BULAWAYO – A former programme officer with the Girl Child Network (GCN) has
won a labour dispute against the director and founder of the organisation,
Betty Makoni for unfair labour practices and dismissal.

Ropafadzo Mapimhidze took the award-winning single issue lobby organisation
to court when her employer locked her out of her workplace and arbitrarily
terminated her employment contract for questioning some of the director’s
actions.

Labour court arbitrator J T Mawire of Eastlea suburb, Harare ruled in
Mapimhidze’s favour against GCN, represented by Nyikadzino, Koworera and
Partners for failing to honour its obligations in terms of the employment
contract; failing to pay salaries and benefits as stipulated in  the
contract and for substantial variations on the contract.

Mapimhidze, a former journalist, was employed by the Girl Child Network as a
programme officer in charge of five programs.

From January 2009 a number of changes were made to her contract while her
programs under her charge were reduced from five to one. She also had her
salary varied on several occasions from $1 200 to $860 resulting in a
cumulative shortfall of $3 400 over two years.

GCN lawyers had argued that Mapimhidze had absented herself from duty and
their client felt it had to terminate her contract when it expired.

But in his ruling, the arbitrator noted that GNC had failed to provide her
with the tools of trade and had made it impossible for her to carry out her
duties.

He also dismissed GNC’s assertion that the contract was not permanent as the
organisation argued, attributing this to a mistake in drafting the contract.

Mawire ruled that Mapimhidze be reinstated without loss of salary including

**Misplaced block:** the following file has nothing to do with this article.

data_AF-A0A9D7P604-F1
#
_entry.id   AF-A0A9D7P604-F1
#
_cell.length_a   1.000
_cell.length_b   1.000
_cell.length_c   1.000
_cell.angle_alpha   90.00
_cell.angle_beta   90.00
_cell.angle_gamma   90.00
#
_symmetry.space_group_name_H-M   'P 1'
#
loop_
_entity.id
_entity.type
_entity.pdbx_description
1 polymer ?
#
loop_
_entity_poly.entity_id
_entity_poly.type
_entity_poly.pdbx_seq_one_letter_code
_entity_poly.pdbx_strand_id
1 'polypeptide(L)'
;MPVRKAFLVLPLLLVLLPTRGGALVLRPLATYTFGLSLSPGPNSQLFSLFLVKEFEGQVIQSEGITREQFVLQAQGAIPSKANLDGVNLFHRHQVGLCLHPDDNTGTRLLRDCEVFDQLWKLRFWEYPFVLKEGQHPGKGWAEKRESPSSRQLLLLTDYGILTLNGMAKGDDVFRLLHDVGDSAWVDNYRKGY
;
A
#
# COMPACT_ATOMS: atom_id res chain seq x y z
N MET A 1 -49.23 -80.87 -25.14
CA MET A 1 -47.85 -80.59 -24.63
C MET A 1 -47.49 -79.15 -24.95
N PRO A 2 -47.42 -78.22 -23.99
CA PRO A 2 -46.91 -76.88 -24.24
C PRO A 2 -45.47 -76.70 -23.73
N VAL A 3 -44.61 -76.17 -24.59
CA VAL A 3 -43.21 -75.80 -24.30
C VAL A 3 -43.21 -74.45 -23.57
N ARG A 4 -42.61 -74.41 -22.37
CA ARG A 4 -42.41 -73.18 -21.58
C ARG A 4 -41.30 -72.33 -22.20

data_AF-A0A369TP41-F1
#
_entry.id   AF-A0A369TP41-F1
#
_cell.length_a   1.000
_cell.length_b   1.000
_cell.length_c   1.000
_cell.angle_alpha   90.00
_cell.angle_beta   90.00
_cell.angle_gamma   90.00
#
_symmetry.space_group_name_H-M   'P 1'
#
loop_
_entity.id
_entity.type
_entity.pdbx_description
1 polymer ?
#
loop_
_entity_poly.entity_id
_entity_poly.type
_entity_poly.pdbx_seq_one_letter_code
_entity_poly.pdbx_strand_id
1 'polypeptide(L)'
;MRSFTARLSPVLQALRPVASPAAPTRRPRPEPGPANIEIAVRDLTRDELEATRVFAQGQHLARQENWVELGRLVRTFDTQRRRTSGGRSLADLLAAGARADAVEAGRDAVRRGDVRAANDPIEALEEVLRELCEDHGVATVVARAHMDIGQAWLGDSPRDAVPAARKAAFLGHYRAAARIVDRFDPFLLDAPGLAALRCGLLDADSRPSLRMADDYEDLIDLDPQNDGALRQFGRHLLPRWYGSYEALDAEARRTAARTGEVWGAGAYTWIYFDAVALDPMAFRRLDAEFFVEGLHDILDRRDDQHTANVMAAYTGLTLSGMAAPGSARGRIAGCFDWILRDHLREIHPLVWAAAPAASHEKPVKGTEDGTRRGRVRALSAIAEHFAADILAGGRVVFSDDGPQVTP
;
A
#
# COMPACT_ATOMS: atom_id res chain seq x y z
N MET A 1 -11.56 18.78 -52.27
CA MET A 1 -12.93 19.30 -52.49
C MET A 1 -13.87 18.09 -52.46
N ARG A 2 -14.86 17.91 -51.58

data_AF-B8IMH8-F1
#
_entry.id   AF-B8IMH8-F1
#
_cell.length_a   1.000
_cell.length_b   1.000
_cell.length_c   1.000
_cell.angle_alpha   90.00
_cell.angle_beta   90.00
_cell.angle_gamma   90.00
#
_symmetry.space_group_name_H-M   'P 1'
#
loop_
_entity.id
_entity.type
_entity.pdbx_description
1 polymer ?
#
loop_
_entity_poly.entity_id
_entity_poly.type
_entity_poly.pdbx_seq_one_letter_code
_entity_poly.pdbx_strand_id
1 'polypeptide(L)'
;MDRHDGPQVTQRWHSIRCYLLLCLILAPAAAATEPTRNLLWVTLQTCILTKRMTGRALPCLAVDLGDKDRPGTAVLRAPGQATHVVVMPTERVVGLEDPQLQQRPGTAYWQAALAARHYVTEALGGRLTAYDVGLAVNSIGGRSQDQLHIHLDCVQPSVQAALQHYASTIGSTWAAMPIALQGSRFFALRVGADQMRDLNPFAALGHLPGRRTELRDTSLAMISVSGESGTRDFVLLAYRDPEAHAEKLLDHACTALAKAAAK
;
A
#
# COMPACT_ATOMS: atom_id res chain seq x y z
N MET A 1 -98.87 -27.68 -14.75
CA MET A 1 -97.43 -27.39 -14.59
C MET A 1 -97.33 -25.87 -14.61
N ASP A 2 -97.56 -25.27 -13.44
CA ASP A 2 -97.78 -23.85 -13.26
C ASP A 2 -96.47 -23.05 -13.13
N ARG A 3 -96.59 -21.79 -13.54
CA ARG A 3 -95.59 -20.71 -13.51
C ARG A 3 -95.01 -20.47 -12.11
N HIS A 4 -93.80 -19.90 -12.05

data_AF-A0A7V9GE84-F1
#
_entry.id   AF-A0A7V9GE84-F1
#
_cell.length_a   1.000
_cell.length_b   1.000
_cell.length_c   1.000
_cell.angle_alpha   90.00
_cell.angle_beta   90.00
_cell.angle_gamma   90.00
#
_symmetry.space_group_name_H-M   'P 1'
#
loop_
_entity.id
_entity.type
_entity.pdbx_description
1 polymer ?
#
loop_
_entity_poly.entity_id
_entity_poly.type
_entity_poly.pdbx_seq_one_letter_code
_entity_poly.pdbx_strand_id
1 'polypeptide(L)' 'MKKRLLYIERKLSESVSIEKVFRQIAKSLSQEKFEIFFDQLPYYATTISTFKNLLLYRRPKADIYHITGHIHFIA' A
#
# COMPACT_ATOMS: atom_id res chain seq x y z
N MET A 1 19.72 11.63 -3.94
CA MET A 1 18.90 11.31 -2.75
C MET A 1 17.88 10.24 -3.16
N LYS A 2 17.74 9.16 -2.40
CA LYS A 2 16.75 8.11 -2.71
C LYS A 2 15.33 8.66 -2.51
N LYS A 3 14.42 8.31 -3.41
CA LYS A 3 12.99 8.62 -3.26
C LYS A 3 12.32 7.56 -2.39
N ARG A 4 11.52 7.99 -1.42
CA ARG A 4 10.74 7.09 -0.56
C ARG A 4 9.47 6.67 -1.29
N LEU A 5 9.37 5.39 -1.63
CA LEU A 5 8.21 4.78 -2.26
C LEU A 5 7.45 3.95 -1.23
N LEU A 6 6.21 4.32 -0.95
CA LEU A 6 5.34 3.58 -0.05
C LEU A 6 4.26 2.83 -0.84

arrear salaries from the date of unlawful dismissal. If GCN can no longer
reinstate her, it must negotiate the amount of terminal benefits with the
claimant in lieu of reinstatement.

The Girl Child Network has been facing serious organizational and management
problems since its founder fled Zimbabwe to Botswana en route to Europe
allegedly “fearing for her life” at the height of political disturbances
after the 2008 general elections, leaving behind a disgruntled workforce.

The ruling against GCN appears to be an icebreaker to a possible series of
lawsuits from employees as the organisation battles to survive.

Some of the workers have threatened to take the organisation to court and
expose Makoni’s alleged fraudulent financial misdeeds that have left them
unpaid for months while Makoni was said to be still globe-trotting.

Employees talk of abuse of donor funds, the organisation’s assets including
vehicles, and allege that Makoni inflated figures to donors in project
proposals for her own benefit at the expense of beneficiaries and
misrepresented the success of GCN programs countrywide.

Last year, Makoni won the Cable News Network (CNN) award for courage.

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